Many D1 mens basketball guys have been taken advantage of all their lives. Youth bball coaches go to Paterson or south Boston looking for tall black middle schoolers, and convince their moms and grandmas to relinquish them to prep and boarding schools, promising these families their loved ones will be educated and then recruited to D1 schools and then the NBA where they will become rich and buy them houses and cars and take care of the family. It seems like a good deal. The parents always say yes and then the next year these guys are in CT at prep schools filled with rich while kids who, along with the school admins, treat them like property, instead of worthy young adults worth being educated. No one expects them to be anything but a bball player so they aren’t given the remedial classes they need to keep up, and in any case it’s not like they have to do hw, just keep your head low and play ball. This continues at college.

We don’t treat these kids like human beings. The least we can do is pay them. Anyone who disagrees is a monster.

Like VCU, Syracuse too went to the final four when was tutoring. We won! Friends and I drive 22 hours straight for New Orleans to see Melo deliver on his promise to Boeheim that he’d get SU its first (and, IMHO, long-overdue) championship. I respect him for that, and for giving so much of his later earned NBA money to build new facilities at SU for the players. Would be even better if players didn’t have to rely on the goodness of Carmelo Anthony and instead just taken care of by the school itself, and by us as a society.

Good for SCOTUS making some headway on this serious societal neglect.

Expand full comment

It's an interesting argument. The current SCOTUS is not hyper-conservative. But both the liberals and conservatives on the Court for the last 30 years have thinking that is strongly influenced by the narrower consumer-welfare standard that was adopted in the 1980s.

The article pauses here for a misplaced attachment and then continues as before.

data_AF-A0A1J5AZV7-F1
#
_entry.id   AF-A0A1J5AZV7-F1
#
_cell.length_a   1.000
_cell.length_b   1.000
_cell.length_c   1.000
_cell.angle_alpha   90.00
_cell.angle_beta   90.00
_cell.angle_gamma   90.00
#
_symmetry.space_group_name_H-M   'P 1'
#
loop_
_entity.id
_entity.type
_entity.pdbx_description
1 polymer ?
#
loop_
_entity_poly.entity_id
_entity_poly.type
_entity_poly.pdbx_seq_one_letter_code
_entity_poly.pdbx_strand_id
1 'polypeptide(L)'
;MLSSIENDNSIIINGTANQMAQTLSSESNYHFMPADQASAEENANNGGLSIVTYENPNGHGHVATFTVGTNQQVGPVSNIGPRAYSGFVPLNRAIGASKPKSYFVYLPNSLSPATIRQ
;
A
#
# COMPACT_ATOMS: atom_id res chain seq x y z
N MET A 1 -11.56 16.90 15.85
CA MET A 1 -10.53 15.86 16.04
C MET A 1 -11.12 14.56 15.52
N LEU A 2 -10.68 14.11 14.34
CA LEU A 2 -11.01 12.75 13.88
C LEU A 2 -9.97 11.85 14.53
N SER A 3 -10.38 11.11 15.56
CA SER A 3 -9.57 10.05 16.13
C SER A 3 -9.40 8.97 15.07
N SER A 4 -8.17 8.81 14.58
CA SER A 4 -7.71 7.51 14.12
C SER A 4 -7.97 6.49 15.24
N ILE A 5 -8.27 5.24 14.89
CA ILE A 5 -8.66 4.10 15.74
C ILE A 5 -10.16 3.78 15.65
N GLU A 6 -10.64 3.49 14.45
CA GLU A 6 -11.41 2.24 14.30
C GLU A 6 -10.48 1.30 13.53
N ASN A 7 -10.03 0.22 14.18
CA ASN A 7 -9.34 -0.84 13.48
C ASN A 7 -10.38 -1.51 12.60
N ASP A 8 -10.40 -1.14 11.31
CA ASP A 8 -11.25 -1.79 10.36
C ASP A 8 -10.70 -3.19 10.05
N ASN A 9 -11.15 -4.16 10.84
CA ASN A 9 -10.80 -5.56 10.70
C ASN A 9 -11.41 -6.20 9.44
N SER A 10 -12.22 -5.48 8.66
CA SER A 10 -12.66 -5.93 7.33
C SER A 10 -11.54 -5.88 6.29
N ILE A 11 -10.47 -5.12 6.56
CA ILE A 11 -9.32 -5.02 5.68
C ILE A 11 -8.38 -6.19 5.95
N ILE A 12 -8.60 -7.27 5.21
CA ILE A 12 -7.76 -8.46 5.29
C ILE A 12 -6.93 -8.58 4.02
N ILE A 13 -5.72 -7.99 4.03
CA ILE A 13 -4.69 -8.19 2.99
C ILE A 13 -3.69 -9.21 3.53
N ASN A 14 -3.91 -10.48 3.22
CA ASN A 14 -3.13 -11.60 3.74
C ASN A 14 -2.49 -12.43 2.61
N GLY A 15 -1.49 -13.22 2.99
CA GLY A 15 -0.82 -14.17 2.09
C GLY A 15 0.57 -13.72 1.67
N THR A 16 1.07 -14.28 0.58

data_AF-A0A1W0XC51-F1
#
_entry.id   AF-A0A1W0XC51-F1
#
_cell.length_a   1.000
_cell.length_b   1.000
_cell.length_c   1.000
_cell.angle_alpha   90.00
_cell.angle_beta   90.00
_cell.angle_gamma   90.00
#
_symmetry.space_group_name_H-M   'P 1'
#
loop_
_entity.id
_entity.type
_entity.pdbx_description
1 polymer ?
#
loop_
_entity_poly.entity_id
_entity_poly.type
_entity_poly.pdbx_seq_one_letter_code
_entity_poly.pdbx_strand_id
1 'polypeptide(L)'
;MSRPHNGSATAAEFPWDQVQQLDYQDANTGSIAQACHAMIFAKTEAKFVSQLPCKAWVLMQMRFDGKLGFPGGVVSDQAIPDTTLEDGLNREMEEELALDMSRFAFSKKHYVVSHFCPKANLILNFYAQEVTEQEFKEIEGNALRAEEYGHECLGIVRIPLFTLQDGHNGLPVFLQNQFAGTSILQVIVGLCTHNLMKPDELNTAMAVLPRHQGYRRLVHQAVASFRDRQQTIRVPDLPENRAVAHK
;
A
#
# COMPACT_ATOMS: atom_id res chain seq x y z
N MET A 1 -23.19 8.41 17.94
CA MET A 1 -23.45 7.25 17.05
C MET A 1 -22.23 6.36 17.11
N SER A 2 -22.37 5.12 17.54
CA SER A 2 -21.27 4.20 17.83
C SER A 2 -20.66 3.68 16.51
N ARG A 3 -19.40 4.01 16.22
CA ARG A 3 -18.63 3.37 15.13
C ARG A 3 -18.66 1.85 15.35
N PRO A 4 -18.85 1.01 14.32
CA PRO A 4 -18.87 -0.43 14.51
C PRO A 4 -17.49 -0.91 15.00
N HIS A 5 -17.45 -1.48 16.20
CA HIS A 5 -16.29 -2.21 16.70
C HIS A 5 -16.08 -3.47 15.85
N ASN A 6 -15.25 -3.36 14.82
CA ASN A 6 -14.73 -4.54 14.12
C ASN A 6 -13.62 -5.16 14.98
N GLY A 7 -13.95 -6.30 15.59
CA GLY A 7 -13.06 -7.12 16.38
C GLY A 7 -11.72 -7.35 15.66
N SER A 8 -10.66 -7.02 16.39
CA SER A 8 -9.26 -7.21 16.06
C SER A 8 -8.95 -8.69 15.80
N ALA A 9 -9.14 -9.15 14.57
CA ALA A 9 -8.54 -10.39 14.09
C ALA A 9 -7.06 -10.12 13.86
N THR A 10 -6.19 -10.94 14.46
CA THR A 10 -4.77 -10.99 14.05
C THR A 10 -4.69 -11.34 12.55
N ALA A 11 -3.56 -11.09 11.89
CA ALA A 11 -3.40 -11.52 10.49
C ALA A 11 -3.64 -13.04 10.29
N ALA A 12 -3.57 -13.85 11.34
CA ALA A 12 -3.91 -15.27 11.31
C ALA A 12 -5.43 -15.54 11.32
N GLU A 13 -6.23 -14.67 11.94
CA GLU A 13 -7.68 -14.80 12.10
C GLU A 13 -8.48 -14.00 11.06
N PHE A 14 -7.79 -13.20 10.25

Recall that, at the time, there were some who wanted to abolish antimonopoly altogether. An important thing to remember is that, when it was adopted in the 80s, this narrower standard meant, then, that the *fans* were considered the "final consumers," and that's the usual way most people would think of it. But once you realize that the *schools* are doing the "hiring," you'll look at it differently. It's like the famous line from Milton Friedman about the purpose of business being for the sake of its owners (shareholders), which is true in a narrow sense -- for the shareholders, not the management or external "stakeholders." But it's not true in a basic sense. Peter Drucker made the correct point around the same time, which is that a commercial enterprise exists for the sake of its (end) customers and functions properly when it's creating something of greater value than its inputs.


Much of the problem with places like universities and hospitals is that, historically, they've had quite special positions in society -- non-profit, tax-free, allowed to charge truly absurd tuitions (thanks to bloated administrations), large supply of ultracheap borrowing to pay for it available, etc., etc. There's a presumption that these institutions are on a higher moral plane. Especially in the last 30 years, higher education has gotten an extraordinary deal and extreme leeway from society and government, and so have certain parts of health care.

TOTALLY DIFFERENT BUT STILL RELATED ... for Matt ... watch this very interesting video by an expat who's moved back to the US recently, and what she says about the cost of living in the US, especially the absurd cost of medical care, the subsidy-induced consolidation of food and factory farming (the real problems with US health care), and monopoly-induced outrageous cost and mediocre quality of phone and internet service. (Personally, we get Verizon, which costs a little more, but is worth it -- we're mostly happy with it. It is, however, a *regulated* monopoly and generally aware of consumer satisfaction.)


Expand full comment

great post. thanks for the overview

Expand full comment

I generally think there are ample opportunities to attack Big Tech under the consumer welfare standard that Lina Khan should pursue, while over time congress and courts should obviously work in other modes of analysis in Antitrust. For example, Amazon stealing its third-party seller's data and using it to promote its own products would traditionally be viewed under Trinko as a fair exercise of monopoly power, and that introducing cheaper products would benefit consumers so there would be no antitrust violation. Confronted with a court favorable to the CWS, Lina Khan could make the case that 1) Amazon's market power over eCommerce means producers have to move through them, and 2) By copying third party sellers products they are creating disincentives for innovation which hurts consumers in the long run. As a result, enforcers can use Amazon's market power over third-party sellers to make a consumer welfare argument, and broadly expand the scope of antitrust laws in doing so. It's not ideal, but in the short run it might be the best shot at reigning in these tech giants.

Expand full comment